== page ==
The trial court ruled evidence concerning the prior incident, including evidence of the drugs and the firearm, was relevant and admissible to show knowledge, intent, lack of mistake or accident, motive, and a common plan or scheme. The court found defendant's "claim that he did not know law enforcement was chasing him clearly goes directly to one of the elements of the charge," namely his intent to evade, and evidence he was previously "engaged in a fairly similar law enforcement pursuit in which contraband was ultimately found and apparently thrown or... discard[ed]... [was] highly probative on the issue of [defendant's] knowledge, intent, [and] lack of mistake or accident in this case...." The court explained that "the observations of the officer [in the prior incident] that drugs and guns were found" provided a motive for defendant to attempt to elude the police. "And... in this case when he disavows knowledge of a gun or any unlawful activities of passengers in his car, it does [bear] on the circumstantial inferences that can be drawn from those facts.... [¶]... [¶]... Otherwise the jury's left with an impression that perhaps he does not know of the unlawful conduct, and perhaps he didn't, but it does bear on that knowledge...." The court concluded the probative value of the evidence was "very high" and not substantially outweighed by any prejudice, noting the prior incident was "strikingly similar" and "no more inflammatory... than the facts that [would] be presented [i]n the current case."*fn2


The evidence adduced at trial was substantially the same as that offered at the hearing on the motion in limine and also included the following: Officer Jacob Casella responded to the Popeye's restaurant to assist the other officers in apprehending defendant. When he arrived, defendant was still inside his car. Casella heard Vu order defendant to get out of the car and defendant respond, "I'm paralyzed." He never heard defendant say, "They had a gun on me. They forced me to drive." He did not know whether defendant said anything before he arrived. Casella canvassed the area and spoke to various individuals. None reported hearing defendant state, "They had guns. They forced me to drive."*fn3

Wuatani Richard, who managed the Popeye's restaurant, was inside the restaurant when defendant and the police pulled into the parking lot and ran outside to see what was happening. When he got there, defendant was still inside his car and said something like he did not have any legs or was a paraplegic. Richard did not recall defendant screaming something like, "They had a gun on me. I had to drive."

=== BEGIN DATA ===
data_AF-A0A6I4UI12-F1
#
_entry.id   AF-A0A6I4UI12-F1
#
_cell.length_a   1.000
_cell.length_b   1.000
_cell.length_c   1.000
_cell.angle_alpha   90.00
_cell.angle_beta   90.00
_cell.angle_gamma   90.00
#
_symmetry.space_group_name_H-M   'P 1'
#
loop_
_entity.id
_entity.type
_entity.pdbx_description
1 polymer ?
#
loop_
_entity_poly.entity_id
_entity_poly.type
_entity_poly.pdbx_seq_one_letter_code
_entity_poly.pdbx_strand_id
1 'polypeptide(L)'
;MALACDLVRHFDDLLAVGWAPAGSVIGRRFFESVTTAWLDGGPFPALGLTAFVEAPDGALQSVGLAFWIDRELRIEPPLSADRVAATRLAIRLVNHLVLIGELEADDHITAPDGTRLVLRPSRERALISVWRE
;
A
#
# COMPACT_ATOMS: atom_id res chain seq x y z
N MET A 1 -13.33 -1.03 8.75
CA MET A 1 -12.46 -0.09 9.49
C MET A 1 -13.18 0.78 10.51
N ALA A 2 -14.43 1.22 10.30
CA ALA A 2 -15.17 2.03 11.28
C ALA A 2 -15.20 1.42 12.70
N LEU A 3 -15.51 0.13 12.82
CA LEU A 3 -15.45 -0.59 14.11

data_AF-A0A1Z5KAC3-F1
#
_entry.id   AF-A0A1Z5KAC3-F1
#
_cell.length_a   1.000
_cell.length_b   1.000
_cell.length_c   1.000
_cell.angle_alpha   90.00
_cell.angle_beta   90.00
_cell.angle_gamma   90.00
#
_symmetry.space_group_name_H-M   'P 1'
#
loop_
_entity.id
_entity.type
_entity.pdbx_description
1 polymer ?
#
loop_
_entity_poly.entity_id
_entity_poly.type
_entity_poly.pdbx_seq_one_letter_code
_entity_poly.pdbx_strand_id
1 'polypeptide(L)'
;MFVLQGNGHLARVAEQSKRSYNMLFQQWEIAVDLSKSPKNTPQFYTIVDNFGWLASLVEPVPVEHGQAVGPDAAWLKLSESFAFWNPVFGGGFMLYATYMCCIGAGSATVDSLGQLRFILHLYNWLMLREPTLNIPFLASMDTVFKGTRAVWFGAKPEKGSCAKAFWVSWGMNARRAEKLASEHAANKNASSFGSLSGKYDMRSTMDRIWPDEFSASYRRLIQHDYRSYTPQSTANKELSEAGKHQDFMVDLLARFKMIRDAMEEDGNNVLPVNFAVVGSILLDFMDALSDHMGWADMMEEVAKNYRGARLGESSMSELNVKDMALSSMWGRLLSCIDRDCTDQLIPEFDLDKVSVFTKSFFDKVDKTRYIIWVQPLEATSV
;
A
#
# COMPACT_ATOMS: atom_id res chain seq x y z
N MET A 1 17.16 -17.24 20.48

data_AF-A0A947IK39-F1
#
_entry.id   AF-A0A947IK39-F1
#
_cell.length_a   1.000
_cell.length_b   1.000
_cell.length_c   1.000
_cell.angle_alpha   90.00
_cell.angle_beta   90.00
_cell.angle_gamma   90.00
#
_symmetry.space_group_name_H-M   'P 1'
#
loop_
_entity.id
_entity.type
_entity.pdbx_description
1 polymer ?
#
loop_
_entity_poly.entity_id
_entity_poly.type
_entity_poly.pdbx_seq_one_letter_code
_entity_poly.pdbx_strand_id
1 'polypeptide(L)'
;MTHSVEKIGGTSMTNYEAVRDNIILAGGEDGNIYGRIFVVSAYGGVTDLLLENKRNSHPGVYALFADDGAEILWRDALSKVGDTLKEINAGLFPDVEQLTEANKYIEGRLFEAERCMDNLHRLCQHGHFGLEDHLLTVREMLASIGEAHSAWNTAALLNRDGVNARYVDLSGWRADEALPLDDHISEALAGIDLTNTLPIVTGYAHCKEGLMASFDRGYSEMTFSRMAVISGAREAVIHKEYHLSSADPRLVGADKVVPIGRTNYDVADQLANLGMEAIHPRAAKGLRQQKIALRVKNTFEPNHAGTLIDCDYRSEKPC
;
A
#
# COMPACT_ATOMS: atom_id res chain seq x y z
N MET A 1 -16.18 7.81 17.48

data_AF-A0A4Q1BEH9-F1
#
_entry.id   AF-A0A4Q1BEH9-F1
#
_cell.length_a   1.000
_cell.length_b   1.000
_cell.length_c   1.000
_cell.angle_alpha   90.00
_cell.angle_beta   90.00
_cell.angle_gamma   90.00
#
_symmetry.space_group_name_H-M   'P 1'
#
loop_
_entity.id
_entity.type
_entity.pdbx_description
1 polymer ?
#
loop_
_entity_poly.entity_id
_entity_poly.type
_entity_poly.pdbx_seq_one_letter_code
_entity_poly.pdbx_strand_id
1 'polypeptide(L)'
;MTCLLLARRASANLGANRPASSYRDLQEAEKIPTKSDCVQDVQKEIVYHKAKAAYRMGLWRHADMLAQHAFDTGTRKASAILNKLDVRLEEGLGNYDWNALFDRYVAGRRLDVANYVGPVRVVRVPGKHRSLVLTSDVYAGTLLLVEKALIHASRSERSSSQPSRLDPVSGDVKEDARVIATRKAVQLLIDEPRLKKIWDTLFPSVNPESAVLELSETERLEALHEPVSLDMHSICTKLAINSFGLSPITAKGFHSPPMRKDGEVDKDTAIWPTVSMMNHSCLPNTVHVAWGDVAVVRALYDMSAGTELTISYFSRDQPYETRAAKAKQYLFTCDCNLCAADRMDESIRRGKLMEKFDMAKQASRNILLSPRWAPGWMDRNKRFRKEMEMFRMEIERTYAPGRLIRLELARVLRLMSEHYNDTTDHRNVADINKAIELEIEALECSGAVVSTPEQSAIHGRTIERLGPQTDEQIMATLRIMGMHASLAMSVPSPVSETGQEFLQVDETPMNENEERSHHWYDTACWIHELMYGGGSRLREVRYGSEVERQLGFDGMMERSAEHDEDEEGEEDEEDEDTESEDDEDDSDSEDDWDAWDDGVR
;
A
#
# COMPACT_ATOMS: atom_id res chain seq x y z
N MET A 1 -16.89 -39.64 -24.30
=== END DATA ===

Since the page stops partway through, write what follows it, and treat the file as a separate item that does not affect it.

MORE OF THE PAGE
Defendant did not testify at trial. The defense called Jamilla Stirgus and Kelton McDonald. On the night in question, Stirgus was walking to her grandmother's house when she saw defendant pull into the Popeye's parking lot while being followed by police. She heard officers order defendant to get out of his car and defendant say he could not walk. She also heard defendant say "there was some guys that had a gun to his head that is why he didn't stop, and... 'Go get them. It's not me.' "

McDonald, who had prior convictions for possession of cocaine for sale and petty theft, was a passenger in the Cadillac on the night in question. He and two other men got into defendant's car and asked defendant to take them to the store. McDonald sat in the back seat directly behind defendant, and "Doughboy" sat in the front seat. Doughboy's name is "Winslow"; McDonald did not know the name of the third passenger. After they got in, the patrol car pulled behind the Cadillac and "hit the light on" them. Doughboy told defendant, "You better not pull over. I'm telling you, you better not pull over."*fn4 Defendant responded, "No man. I have not done anything. Why don't you want me to pull over." Doughboy had something on his lap and then in his hand that he held "to the side of" defendant; McDonald did not "know if it was a pistol or knife or whatever." When defendant turned into the alley, all three passengers jumped out of the car and ran in different directions. McDonald did not see defendant or anyone else throw anything out of the car. He said it was not possible for defendant to do so because "[he] has a hand control.... [and] has to drive with both hands." McDonald ran from police because he "was aware that someone in the car was threatening [defendant], and the only thing [he] was thinking about was some kind of kidnap [he] had nothing to do with."

Defendant also sought to call Winzer Hayden as a witness at trial; however, outside the presence of the jury, Hayden invoked his Fifth Amendment right to remain silent. Additional facts concerning Hayden's invocation are set forth below in section II of the discussion.

Respondent's Lodged Document 6, pp. 2-9.

IV. Discussion

A. Claim One: Evidence of Prior Incident

Petitioner alleges that the trial court erred in admitting evidence of a prior incident to prove his intent to evade the police. The California Court ...